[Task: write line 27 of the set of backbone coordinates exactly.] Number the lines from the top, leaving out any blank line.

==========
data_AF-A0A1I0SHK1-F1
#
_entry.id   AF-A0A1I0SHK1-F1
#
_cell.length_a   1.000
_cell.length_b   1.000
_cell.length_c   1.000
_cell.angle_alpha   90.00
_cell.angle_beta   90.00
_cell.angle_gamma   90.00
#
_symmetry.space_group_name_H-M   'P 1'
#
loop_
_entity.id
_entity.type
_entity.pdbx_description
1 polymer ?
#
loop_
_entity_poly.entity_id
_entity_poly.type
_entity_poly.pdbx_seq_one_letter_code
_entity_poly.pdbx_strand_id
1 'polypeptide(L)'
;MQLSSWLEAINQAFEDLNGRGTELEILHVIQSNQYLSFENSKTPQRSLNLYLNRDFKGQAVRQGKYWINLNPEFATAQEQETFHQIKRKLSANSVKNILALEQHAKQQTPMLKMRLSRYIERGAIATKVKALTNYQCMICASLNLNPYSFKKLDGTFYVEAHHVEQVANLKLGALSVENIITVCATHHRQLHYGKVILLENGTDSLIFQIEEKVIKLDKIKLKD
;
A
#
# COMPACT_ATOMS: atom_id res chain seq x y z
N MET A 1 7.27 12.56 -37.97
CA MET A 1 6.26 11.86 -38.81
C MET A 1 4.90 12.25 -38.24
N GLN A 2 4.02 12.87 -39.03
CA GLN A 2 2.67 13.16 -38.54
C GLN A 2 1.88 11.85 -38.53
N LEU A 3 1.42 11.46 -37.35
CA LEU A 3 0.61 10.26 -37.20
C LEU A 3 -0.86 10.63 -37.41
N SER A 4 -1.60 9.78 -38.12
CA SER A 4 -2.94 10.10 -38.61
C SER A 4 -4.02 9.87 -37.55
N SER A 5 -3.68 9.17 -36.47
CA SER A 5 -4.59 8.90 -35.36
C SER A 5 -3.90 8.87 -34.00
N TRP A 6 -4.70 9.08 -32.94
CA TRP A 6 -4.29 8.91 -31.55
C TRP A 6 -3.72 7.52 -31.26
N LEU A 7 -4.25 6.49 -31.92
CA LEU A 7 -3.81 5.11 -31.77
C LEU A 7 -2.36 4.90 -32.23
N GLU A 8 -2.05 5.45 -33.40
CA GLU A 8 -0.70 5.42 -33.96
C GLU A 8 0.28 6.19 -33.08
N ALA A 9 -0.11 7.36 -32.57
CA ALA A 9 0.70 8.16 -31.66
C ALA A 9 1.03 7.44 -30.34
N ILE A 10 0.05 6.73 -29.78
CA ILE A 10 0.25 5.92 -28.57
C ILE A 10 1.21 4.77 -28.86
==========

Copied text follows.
;